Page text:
In the days Jesus walked throughout Israel, crowds of people pressed around Him. After all, if someone needed a miracle, there were plenty to go around. Not that it always happened in a way they expected. Like this time.
Jairus was a leader in the local synagogue. Falling to his knees, he’d begged the Master to come and heal his daughter, dying at the age of twelve. He had Jesus’ attention and they headed, together, toward his home.
Until they were interrupted. Hidden in the crowd was a woman who’d been bleeding for twelve years. Jewish law prevented her from contact with other people.
Without warning, Jesus stopped. What? Didn’t He know death moved forward with each delay? But He stopped and asked who touched Him.
Who touched Him? The crowds pressed all around Him. Lord, I told You my daughter is dying.
Jairus didn’t pull a status card. He didn’t remind Jesus he was a synagogue leader and that He’d just stopped to heal a woman who defied Jewish law.
A moment moved into minutes, then longer, as sickness consumed his daughter’s body. At the conclusion of one miracle, the woman’s healing, a messenger appeared to Jairus with these words.
You’re daughter is dead. Don’t bother the Master anymore.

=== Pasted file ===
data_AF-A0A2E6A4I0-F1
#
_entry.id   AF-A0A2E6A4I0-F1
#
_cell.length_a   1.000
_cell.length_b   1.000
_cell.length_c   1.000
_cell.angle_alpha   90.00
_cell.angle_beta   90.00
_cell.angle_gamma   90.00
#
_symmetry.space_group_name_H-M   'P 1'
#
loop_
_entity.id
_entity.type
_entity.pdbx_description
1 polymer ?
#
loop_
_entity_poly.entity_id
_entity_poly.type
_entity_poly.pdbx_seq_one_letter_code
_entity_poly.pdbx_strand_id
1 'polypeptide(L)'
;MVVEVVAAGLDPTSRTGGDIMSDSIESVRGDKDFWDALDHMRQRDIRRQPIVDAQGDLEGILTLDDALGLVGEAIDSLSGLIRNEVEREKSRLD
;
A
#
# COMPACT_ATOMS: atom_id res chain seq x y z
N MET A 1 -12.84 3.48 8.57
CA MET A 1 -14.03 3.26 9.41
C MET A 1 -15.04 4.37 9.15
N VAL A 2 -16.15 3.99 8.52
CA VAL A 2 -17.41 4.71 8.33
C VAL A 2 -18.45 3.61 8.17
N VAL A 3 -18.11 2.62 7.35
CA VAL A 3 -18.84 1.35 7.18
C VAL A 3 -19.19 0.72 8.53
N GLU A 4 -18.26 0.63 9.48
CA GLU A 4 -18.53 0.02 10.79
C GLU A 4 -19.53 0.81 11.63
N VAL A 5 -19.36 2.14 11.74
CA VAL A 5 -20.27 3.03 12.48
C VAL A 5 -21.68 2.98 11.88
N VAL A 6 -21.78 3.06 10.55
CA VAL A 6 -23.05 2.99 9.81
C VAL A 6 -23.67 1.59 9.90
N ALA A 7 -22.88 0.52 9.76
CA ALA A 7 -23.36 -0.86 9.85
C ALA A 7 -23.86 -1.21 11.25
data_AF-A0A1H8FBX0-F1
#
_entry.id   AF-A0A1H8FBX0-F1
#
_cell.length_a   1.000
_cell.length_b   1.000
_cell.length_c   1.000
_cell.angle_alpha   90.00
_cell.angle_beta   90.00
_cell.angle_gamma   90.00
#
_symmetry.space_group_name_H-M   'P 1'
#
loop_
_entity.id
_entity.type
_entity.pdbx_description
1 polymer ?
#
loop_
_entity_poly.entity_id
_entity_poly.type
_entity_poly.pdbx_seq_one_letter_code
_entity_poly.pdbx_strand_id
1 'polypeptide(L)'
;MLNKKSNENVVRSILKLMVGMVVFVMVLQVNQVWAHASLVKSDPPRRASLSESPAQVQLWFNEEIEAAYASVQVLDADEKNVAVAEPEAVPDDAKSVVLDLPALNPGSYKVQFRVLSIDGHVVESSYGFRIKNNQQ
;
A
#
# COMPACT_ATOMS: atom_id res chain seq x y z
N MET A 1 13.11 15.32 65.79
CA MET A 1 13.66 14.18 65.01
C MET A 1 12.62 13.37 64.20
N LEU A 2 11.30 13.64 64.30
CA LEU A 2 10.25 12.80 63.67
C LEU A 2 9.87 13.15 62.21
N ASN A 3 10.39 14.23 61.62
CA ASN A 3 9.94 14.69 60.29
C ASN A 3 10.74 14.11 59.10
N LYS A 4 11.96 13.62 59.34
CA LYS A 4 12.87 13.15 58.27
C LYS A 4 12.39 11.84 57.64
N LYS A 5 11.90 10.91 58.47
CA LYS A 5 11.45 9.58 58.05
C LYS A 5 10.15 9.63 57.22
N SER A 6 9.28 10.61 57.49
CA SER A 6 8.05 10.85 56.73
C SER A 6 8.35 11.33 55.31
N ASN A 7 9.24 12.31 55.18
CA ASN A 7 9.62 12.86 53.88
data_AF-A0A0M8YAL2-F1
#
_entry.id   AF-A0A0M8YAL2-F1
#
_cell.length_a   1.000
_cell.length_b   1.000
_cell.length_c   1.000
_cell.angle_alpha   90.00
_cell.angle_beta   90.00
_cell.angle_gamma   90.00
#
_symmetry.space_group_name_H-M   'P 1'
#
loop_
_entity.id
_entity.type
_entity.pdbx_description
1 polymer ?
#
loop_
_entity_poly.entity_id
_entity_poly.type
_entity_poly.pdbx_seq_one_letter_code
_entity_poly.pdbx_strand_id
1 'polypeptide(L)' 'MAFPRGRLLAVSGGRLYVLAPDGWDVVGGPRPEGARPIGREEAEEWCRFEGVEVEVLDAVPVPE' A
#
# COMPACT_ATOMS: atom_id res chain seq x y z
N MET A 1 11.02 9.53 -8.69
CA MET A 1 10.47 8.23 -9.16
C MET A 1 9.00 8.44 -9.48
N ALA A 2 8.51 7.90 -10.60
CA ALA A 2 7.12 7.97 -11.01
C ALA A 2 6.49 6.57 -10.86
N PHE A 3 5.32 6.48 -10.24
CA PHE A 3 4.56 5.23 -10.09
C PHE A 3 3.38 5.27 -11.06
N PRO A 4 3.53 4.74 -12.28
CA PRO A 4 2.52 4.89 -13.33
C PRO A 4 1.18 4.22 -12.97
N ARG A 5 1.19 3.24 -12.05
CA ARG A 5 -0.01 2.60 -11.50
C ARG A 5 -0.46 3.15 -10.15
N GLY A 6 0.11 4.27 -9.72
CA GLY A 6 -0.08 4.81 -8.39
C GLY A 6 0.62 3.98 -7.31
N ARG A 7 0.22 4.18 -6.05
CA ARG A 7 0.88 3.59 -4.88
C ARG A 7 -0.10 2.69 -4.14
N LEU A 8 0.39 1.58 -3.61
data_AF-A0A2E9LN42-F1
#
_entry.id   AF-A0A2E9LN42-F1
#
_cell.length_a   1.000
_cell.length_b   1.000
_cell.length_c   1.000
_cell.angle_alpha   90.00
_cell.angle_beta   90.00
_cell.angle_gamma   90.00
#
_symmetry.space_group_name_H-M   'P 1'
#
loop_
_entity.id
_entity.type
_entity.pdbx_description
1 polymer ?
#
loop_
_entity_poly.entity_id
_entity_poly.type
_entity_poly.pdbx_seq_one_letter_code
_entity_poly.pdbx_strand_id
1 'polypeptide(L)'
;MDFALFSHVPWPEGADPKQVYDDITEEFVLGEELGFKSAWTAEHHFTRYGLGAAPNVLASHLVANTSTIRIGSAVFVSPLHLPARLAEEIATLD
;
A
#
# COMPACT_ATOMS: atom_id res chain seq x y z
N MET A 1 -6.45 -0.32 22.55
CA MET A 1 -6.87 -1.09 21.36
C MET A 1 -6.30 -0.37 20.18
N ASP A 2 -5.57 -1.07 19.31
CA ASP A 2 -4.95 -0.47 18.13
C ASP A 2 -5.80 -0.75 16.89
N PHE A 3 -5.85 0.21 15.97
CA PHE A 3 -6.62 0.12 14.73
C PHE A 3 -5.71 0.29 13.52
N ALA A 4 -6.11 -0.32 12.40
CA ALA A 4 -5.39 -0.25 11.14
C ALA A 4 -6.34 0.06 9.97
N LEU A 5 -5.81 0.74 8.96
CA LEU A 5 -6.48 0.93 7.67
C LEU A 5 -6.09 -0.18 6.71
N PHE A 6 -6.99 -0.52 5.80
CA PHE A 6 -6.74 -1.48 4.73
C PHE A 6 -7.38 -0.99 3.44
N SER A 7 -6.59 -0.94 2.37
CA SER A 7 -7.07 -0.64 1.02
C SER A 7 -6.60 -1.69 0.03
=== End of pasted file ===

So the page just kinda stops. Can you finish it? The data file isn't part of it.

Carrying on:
This blog is for those who’ve waited their turn. We’ve been polite, even in crisis. And waited. As we waited, something died. Maybe a dream or desire. In some measure we heard, Don’t bother the Master. It’s too late.
Fear, fueled by the crisis, raged, Now! It has to be now! And when the messenger came whispering, Too late, we cried and agreed. Not enough. Too little, too late.
We tried, we pressed into the Master. We had His attention. But He was interrupted. Maybe His supply ran out? We don’t say that out loud. Still the words taunt, It’s over. Don’t bother the Master. Such devastation in so few words.
So this is for us, who’ve heard that evil phrase whispered as we’ve watched something precious die.
God has a word for us.
Stop. Stop the fear. Stop the freight train of not enough and too late. Stop and believe the Author of life extends sozo over what is precious to us.
Sozo is unreasonable, irrational, unexplainable life. It’s life that can not be conquered, life that consumes death. It trumps every interruption, every detour and every roadblock.
Life, like the tree that grows outside a church we attended for many years. It was dead. We painted it, used it as a baby shower decoration and stuffed it in a closet. Months later, someone found it. With buds on its branches.
Now, nineteen years later, it’s a mature oak tree, planted on the north grounds of the church.
Have you been stuffed in a closet, your dreams presumed dead?
Life is coming. Yes, it is. Don’t be afraid. Only believe.
Shalom in the River,